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Sunday Morning Meditation – Murder in the city

D'ish

Sunday Morning Meditation – Murder in the city

Family picture. My dad is in the background. I'm the fat kid in the LSU shirt with the glasses. My brother is the short one. I love this photo because it reminds me that we were living the blue collar American dream. My dad's hard work made reaching my dreams a lot easier, it should be noted.
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Family picture. My dad is in the background. I'm the fat kid in the LSU shirt with the glasses. My brother is the short one. I love this photo because it reminds me that we were living the blue collar American dream. My dad's hard work made reaching my dreams a lot easier, it should be noted.

Family picture. My dad is in the background. I’m the fat kid in the LSU shirt with the glasses. My brother is the short one. I love this photo because it reminds me that we were living the blue collar American dream. My dad’s hard work made reaching my dreams a lot easier, it should be noted.

My father passed back in 2008. My younger brother Jacob was weeks away from graduation. I had graduated a few years before and was working at The Anniston Star in Anniston, Ala.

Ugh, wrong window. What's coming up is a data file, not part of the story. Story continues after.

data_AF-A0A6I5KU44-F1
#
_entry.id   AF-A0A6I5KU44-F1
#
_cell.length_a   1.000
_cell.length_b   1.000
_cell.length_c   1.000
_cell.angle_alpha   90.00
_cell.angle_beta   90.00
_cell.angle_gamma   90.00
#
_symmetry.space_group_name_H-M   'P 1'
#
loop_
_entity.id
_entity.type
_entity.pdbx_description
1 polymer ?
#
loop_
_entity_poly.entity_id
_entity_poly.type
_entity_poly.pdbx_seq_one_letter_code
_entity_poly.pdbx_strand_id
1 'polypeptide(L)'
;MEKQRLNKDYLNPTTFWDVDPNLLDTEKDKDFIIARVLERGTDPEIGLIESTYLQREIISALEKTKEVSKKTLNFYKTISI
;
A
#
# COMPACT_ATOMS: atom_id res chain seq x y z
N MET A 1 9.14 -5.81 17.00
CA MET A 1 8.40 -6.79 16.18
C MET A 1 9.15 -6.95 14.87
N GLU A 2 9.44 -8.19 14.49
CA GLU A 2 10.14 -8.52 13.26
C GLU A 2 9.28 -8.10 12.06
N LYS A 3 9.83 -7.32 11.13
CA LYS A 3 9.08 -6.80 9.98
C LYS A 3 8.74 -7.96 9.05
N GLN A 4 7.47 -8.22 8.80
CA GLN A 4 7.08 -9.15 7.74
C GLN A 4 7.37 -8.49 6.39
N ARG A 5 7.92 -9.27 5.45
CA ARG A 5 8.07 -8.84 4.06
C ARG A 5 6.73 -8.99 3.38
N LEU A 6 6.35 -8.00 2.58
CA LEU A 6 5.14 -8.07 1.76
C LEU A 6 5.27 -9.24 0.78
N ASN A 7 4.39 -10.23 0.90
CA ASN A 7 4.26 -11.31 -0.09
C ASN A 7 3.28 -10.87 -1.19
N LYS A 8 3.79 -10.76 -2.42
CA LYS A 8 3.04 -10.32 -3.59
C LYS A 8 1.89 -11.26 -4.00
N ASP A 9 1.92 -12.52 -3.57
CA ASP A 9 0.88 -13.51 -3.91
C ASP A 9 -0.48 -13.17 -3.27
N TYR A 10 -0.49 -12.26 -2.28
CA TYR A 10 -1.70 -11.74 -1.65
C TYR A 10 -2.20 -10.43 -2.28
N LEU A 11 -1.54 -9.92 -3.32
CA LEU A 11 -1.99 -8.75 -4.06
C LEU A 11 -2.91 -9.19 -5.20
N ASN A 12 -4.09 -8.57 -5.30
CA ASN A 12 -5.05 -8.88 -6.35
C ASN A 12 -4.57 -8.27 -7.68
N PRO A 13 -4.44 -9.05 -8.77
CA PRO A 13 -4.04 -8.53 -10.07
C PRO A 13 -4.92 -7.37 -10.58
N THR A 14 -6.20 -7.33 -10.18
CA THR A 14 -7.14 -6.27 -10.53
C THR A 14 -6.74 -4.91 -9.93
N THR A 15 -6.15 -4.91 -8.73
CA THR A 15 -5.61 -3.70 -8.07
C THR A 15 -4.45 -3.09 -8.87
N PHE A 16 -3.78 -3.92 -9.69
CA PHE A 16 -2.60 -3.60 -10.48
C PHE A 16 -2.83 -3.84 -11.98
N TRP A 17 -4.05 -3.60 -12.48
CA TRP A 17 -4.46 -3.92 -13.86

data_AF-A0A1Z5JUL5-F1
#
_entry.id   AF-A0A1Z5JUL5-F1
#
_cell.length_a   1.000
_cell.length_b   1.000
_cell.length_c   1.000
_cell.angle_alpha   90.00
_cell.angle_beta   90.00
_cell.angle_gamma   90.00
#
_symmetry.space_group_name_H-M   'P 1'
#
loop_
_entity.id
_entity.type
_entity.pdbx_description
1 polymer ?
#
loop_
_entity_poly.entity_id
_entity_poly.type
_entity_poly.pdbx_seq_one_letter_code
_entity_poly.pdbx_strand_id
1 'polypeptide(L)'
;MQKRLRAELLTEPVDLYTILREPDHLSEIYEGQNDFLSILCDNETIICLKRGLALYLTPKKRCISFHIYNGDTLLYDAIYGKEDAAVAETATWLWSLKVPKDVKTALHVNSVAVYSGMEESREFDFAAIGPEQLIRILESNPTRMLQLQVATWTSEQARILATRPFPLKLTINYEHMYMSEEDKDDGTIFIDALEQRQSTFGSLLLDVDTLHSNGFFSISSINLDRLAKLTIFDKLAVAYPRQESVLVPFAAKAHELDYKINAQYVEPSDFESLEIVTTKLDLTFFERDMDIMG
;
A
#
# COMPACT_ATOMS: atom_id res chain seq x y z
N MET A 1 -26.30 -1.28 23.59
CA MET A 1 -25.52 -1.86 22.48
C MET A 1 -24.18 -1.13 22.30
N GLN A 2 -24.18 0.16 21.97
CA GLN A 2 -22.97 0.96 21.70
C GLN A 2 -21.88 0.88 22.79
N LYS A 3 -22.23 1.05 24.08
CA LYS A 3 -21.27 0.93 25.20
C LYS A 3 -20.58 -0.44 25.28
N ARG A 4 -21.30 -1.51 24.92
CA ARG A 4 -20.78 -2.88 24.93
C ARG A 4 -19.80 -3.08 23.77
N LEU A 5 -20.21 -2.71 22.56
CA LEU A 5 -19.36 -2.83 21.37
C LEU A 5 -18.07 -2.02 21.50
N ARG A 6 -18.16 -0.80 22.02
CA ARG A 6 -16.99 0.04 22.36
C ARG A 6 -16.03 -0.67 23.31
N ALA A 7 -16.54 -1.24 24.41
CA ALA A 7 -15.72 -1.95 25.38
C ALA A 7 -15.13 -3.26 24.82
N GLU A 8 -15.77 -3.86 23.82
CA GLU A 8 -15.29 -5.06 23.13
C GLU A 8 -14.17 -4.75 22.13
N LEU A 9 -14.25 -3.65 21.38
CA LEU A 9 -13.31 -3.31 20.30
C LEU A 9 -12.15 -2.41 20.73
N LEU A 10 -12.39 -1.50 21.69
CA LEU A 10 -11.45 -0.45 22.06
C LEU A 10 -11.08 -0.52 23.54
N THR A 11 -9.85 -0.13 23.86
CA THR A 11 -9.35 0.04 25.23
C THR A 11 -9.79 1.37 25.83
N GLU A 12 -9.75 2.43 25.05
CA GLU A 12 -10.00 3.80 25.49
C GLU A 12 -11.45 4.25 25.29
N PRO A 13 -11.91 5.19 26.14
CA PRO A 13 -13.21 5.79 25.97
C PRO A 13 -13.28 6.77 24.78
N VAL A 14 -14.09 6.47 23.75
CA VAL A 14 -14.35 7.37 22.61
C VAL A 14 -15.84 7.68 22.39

When you lose your dad, you lose your compass. It’s a compass that tells you which directions to avoid as much as it tells you which directions to follow. I realize that we were blessed that we had a dad at all, and that he raised us well enough that we became self-sufficient, productive men. Too many children aren’t so lucky.

Jacob always had a head for numbers. He became a successful electrical engineer, which is the exact opposite of journalism in terms of compensation and sustainability.  He lives in Houston now. I’m here in Atlanta doing what I do.

It’s fitting that he’s in Houston. Most of the boring planning studies I read often compare our two cities.

Like brothers, Atlanta and Houston share similarities. Like brothers, they can be strikingly different, too. In the years since my father passed, I’ve stepped into the role of lead decision maker for the family after mom. I’ve tried to offer advice that I assume would be similar to what dad would say, cursing and all.

One difference between me and Jacob: he learned to play guitar, like dad. I never did. My parents assumed I would pick it up. Jacob was always the athletic one and I was always involved with the artsy stuff: theater, creative writing, all the disciplines that foreshadow a life of comfort and prosperity. I think at one point my guidance counselor gave me a brochure about wonderful careers in busking.

Jacob plays well. But he’s not as much of a performer as I am. He shies away from speaking in public. You’re more likely to hear him playing guitar around a fire at Christmas than at the coffee shop.

The other day he told me he bought a new guitar and some recording equipment.

I said, “You should record a song and put it on YouTube.”

Jacob said, “I don’t think it would sound good enough.”

I said, “Dude, have you actually seen the things on YouTube? I think you’ll be ok.”

Then one morning I woke up and saw that he had posted this on my Facebook page:

https://www.youtube.com/watch?v=640jwVbzdEw

That’s my brother. He is his father’s son, and I know our dad is proud of him.

I know one day we’ll all be together again in purgatory.

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